Besides the group members themselves one person who was very happy about last Wednesday's announcement that the Beastie Boys were among the new inductees into the Rock And Roll Hall of Fame was long time hip-hop ambassador James Bernard. Bernard, a former editor at The Source magazine, is one of the members of the nominating committee for the Rock And Roll Hall of Fame and, as such, responsible for nominating the Beastie Boys to the Rock And Roll Hall of Fame for the 2012 list. Bernard told the Amoeblog that he was "really pleased" about the Beasties getting in but added that many of the other acts he has nominated have not been as fortunate in the final leg of the process. "We tried to get LL [Cool J] in last year and it didn't really work. We got Eric B & Rakim nominated this time," he said. "And Rakim was so happy but that [nominating] might be as far as we get."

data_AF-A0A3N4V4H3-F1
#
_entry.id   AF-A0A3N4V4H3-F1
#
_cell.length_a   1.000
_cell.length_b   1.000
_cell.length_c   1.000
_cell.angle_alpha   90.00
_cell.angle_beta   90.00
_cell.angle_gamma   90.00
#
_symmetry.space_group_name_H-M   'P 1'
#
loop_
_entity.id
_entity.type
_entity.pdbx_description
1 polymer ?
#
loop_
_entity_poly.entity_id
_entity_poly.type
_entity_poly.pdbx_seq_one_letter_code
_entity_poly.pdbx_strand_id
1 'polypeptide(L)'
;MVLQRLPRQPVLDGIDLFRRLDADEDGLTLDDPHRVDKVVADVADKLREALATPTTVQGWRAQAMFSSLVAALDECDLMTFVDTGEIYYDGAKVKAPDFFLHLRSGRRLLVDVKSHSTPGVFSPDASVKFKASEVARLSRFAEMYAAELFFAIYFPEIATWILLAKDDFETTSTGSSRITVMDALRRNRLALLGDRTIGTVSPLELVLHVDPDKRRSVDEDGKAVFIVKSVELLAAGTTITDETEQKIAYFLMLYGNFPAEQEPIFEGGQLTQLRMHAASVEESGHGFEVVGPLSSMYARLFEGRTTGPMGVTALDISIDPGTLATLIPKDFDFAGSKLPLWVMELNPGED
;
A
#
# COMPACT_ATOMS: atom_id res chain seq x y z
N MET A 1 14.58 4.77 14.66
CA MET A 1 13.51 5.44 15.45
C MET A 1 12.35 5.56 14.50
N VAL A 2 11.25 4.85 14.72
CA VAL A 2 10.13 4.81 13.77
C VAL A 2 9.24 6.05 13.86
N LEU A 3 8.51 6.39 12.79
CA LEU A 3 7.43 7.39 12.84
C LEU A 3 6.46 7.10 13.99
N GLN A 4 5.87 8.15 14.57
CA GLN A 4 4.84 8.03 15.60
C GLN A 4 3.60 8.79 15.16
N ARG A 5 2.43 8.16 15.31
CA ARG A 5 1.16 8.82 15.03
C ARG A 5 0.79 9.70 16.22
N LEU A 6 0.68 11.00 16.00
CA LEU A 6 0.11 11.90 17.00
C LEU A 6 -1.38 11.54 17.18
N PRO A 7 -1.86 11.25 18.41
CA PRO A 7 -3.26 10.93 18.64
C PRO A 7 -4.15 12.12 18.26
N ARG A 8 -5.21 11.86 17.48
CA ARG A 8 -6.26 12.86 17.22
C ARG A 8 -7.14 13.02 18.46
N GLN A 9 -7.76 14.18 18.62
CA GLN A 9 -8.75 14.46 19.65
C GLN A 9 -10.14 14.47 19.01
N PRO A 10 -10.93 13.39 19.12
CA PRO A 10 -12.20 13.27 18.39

Bernard added that he was also happy that the rap/funk fused rock band The Red Hot Chili Peppers also got into the upcoming Rock And Roll Hall of Fame awards but that he would like to see more hip-hop acts added and will continue to work on that happening in future years. In a prepared press statement last week about their Rock And Roll Hall of Fame induction the Beasties collectively wrote that, "While we are very proud of the music we make, we have to acknowledge the inspiration from our families, friends and musicians like The Slits, Bad Brains, X-Ray Spex, The Treacherous Three and too many others to possibly name. And most of all, we give thanks to New York City and the world of musical influence it provided for us."